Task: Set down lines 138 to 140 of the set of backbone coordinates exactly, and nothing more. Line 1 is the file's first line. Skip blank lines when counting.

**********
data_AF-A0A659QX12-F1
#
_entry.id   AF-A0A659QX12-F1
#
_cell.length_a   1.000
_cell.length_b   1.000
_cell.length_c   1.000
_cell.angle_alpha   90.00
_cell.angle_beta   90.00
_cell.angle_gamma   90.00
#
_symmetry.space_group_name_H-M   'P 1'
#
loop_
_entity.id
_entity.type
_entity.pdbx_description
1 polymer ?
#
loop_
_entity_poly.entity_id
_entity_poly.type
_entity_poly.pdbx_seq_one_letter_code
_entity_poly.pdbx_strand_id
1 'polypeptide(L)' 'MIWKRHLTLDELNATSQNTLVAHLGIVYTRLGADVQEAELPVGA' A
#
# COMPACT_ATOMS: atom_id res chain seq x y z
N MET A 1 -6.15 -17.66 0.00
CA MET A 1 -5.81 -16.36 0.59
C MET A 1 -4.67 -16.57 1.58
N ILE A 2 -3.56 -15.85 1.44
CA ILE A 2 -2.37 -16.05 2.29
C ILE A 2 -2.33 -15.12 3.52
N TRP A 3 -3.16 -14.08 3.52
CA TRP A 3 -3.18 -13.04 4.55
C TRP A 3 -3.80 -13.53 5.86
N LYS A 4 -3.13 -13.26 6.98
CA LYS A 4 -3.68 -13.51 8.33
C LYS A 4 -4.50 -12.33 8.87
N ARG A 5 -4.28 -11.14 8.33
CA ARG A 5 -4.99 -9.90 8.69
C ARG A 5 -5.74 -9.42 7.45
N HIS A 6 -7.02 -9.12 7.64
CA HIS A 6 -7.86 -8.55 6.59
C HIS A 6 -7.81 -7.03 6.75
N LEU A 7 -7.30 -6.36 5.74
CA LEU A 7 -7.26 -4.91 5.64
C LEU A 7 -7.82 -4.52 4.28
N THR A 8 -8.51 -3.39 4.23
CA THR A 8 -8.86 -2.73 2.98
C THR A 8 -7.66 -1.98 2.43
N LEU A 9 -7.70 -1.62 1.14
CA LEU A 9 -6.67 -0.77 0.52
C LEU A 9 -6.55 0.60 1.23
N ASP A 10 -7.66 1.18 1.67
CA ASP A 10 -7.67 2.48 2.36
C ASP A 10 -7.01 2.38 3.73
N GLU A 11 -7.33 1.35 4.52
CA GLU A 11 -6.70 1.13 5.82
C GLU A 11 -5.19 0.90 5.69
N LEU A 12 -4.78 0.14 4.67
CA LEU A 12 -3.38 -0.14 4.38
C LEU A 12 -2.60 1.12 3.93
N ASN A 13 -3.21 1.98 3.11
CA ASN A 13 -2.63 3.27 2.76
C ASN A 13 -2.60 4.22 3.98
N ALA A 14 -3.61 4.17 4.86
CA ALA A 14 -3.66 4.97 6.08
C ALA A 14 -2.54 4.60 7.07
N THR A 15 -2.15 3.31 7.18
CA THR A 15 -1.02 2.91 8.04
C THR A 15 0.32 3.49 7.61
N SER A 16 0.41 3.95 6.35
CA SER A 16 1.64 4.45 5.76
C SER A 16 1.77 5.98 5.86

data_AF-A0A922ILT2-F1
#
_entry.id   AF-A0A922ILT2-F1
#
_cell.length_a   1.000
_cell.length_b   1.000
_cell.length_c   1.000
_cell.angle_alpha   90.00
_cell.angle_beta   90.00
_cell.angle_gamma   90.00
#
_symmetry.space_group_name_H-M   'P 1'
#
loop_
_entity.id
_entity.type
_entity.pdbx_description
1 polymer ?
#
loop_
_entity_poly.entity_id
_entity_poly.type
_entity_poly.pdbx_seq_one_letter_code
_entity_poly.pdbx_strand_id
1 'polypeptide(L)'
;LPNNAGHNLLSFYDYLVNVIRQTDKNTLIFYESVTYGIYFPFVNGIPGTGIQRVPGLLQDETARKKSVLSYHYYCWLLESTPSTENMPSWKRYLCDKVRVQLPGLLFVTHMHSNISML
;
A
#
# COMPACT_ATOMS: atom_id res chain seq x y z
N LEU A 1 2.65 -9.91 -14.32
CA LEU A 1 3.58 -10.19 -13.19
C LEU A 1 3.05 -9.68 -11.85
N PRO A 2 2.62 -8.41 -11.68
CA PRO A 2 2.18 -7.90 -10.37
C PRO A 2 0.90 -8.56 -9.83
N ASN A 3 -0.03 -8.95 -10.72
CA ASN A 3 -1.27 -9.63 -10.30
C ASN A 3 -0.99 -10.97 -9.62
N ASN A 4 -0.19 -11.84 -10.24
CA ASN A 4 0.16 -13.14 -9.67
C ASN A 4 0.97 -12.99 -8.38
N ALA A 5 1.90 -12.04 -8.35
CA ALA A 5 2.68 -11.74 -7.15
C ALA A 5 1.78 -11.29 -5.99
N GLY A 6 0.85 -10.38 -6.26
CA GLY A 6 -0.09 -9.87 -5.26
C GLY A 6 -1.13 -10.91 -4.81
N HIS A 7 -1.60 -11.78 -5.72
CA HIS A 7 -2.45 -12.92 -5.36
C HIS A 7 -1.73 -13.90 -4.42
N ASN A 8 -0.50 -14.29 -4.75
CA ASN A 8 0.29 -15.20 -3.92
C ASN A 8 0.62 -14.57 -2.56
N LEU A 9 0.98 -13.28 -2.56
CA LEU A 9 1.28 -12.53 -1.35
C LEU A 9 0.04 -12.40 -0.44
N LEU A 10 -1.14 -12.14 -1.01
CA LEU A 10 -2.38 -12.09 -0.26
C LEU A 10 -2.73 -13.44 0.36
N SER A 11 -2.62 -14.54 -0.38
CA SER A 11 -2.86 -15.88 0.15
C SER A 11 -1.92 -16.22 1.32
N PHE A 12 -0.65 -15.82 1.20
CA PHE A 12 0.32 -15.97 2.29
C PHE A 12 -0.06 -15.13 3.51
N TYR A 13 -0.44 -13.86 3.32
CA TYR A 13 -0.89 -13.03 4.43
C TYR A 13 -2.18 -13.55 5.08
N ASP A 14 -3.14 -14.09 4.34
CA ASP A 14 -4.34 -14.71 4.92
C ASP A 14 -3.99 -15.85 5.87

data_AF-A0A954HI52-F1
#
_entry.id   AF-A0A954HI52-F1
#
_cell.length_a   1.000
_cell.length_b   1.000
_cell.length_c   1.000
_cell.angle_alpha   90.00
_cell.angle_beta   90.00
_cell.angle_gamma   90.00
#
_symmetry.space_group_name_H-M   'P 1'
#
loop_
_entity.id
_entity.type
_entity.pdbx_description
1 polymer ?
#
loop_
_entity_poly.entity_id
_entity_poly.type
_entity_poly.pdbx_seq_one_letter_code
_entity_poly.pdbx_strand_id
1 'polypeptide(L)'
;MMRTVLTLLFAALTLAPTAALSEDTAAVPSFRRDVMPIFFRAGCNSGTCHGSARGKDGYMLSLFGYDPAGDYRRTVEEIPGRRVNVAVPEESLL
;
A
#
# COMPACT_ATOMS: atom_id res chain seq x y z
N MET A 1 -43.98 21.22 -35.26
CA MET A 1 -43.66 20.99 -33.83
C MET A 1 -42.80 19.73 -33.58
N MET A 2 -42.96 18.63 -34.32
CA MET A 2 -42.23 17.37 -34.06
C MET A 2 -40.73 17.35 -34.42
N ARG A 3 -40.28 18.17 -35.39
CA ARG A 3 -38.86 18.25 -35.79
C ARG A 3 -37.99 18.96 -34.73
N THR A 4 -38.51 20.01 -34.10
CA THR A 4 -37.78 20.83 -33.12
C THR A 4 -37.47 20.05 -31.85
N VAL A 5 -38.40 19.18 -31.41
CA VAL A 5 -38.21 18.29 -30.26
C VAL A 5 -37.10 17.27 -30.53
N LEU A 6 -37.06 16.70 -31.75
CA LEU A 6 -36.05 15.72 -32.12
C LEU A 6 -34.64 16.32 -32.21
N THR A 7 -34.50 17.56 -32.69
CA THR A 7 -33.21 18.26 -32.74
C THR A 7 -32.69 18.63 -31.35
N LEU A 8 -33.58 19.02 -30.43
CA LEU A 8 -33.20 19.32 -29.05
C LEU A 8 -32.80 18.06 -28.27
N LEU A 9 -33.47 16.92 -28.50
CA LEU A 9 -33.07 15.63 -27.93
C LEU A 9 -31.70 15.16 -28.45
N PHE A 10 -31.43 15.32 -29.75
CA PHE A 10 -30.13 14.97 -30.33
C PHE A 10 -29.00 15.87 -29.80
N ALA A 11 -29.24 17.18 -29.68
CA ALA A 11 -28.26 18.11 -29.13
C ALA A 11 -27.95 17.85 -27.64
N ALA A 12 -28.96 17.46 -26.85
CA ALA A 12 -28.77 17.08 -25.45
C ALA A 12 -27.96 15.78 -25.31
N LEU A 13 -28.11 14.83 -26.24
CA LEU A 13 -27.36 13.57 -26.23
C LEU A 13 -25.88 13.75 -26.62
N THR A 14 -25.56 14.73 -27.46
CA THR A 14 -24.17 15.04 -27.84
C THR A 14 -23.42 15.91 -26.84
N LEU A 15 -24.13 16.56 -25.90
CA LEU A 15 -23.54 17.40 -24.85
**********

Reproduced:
C SER A 11 -1.92 -16.22 1.32
N PHE A 12 -0.65 -15.82 1.20
CA PHE A 12 0.32 -15.97 2.29